I CAN quote lines off by heart from a Midsummer Night's Dream and I didn't even study it.
The play has been smashed to bits, de-constructed, re-constructed and blown out in a great bowel-blast of a utterly engaging nonsense
I read the play at university but that was for leisure when I should have been studying my law degree.
I'd worked out by then that trust law was the mental equivalent of hanging, drawing and quartering. Midsummer Night's Dream provided a simple, distracting delight. The course of true law never did run smooth.
What I never imagined while reading the play is that somebody could re-think Midsummer Night's Dream like Filter Theatre has.
Shakepeare's story of the mishaps amongst lovers in Athens caught up in a fairy feud has been smashed to bits, de-constructed, re-constructed and blown out in a great bowel-blast of a utterly engaging nonsense.
This is Shakespeare as laugh-a-minute, crash bang wallop comedy with a capital C. Despite the flying expletives I'll be back with my twelve and fifteen year old sons.
They'll love it.
The trick to this Midsummer Night's Dream is putting 'the mechanicals' (the country bumpkins) centre stage led by Peter Quince played wonderfully by Ed Gaughan. This starts with a monologue that despite being rude to our esteemed monarch is still very funny.
Nick Bottom, soon to be ass-transformed, was played by Fergus O'Donnell. The way Filter Theatre get Bottom into the play is a proper giggle and a miles wide deviation from the original text. O'Donnell possibly outshone Gaughan.
Oberon (Jonathan Broadbent) played as a slapstick super-hero, awkward and risible does a fine job too, as does the truculent Puck, (Ferdy Roberts). Poppy Miller as the lusty Titania overacts her passion for Bottom with real relish.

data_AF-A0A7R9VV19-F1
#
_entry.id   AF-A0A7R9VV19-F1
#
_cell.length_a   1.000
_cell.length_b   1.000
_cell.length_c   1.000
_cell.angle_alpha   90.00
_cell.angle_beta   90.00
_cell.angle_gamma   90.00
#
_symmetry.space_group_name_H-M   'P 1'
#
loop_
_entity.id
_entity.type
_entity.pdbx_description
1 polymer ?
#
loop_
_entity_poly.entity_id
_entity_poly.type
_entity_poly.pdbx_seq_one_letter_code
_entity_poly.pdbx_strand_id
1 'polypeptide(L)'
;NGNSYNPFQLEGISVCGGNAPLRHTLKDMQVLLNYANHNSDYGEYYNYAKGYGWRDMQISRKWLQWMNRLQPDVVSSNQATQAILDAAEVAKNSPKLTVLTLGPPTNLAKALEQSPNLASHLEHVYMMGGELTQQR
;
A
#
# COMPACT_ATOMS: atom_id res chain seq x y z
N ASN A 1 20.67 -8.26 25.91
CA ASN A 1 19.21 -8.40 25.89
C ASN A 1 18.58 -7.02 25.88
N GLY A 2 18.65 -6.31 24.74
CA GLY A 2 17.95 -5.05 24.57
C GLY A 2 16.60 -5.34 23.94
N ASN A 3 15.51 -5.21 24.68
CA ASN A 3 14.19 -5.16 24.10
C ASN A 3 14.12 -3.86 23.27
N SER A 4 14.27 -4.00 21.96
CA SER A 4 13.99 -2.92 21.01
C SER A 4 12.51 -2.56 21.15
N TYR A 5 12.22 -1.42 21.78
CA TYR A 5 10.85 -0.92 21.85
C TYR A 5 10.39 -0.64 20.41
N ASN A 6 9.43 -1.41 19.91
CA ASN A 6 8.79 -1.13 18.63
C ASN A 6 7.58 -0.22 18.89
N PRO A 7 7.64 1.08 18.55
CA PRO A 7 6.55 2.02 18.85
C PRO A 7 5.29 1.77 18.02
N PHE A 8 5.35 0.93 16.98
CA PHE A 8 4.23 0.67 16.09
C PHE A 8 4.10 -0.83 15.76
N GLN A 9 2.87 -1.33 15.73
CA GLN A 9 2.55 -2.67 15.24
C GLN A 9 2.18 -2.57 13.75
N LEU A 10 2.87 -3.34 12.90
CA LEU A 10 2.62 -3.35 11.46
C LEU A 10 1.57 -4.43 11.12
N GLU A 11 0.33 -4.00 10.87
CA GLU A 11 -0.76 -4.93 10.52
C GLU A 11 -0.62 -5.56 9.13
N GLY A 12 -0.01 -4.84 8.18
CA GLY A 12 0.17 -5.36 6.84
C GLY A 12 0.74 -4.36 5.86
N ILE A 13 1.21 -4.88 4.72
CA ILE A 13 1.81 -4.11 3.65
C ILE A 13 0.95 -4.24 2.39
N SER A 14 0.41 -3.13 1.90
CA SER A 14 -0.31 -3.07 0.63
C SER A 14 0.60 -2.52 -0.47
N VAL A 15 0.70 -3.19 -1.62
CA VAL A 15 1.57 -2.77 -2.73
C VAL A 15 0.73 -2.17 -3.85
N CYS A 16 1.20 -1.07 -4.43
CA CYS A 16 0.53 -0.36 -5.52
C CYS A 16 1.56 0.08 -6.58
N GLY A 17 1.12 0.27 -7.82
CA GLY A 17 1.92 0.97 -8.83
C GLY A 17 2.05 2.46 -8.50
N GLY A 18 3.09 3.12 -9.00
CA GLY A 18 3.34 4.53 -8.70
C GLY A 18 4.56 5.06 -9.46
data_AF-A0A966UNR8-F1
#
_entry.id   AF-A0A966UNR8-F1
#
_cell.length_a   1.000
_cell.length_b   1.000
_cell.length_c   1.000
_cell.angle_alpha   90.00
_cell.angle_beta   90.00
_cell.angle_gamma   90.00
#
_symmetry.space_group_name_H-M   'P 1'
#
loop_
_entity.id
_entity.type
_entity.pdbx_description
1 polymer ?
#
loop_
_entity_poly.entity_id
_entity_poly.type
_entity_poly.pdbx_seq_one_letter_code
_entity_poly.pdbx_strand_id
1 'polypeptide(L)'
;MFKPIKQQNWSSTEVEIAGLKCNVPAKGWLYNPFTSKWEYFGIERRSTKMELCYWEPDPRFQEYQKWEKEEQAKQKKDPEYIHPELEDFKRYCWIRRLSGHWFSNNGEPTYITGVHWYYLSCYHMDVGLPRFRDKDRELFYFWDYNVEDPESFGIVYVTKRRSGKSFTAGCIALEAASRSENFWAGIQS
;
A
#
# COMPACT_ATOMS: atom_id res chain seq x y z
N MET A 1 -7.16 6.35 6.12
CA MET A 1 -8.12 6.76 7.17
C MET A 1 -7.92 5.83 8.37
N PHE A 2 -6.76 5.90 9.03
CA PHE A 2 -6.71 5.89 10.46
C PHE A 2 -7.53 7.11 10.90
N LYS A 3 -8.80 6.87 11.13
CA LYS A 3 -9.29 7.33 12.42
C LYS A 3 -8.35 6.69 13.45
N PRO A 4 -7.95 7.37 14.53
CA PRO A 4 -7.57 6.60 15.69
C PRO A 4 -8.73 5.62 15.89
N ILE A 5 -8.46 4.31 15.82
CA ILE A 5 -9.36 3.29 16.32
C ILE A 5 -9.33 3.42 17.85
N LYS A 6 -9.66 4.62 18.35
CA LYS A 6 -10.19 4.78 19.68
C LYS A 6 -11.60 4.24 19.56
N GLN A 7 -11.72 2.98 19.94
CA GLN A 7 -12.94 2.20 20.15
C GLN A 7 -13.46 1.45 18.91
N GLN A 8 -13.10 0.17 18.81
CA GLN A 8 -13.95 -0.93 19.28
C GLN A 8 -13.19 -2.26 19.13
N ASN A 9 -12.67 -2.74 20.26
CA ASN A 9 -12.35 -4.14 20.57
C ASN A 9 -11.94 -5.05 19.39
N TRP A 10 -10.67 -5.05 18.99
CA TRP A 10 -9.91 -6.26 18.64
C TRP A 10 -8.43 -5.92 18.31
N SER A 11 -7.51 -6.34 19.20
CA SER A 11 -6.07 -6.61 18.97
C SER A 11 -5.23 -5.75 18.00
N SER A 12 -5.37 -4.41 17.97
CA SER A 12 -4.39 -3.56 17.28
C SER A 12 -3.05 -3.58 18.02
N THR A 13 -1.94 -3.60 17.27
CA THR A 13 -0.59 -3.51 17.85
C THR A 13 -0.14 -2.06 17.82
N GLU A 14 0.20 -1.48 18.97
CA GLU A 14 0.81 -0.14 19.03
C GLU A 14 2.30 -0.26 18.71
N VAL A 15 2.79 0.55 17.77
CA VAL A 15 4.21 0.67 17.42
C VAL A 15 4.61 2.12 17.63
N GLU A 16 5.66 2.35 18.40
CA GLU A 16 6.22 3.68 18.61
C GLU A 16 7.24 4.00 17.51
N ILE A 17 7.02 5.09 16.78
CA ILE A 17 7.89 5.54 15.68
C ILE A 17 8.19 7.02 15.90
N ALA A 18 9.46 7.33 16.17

There is no interval, just 105 minutes of unrelenting mischief. The staging is superb and the numerous musical interludes a delight.
Purists might find this deconstruction of Shakespeare's work hard to take, but you suspect the Bard would have approved. It's coarse, it's bawdy, it's unsophisticated, all elements integral to the man from Stratford.
You wouldn't want this to happen to Macbeth but it works here, after all Midsummer Night's Dream's job as a play has always been to entertain while the 'visions appear' before the audience's eyes.
Filter Theatre should be congratulated, for the production, for the verve they bring to the acting, and for the excellent use of the theatre in the round space of The Royal Exchange.
If anybody requires some light relief this summer then this production, directed by Sean Holmes, will deliver it and more.
A Midsummer Night's Dream is on until 12 August at The Royal Exchange, St Ann’s Square, Manchester, M2 7DH.
You can follow Jonathan Schofield on Twitter here @JonathSchofield
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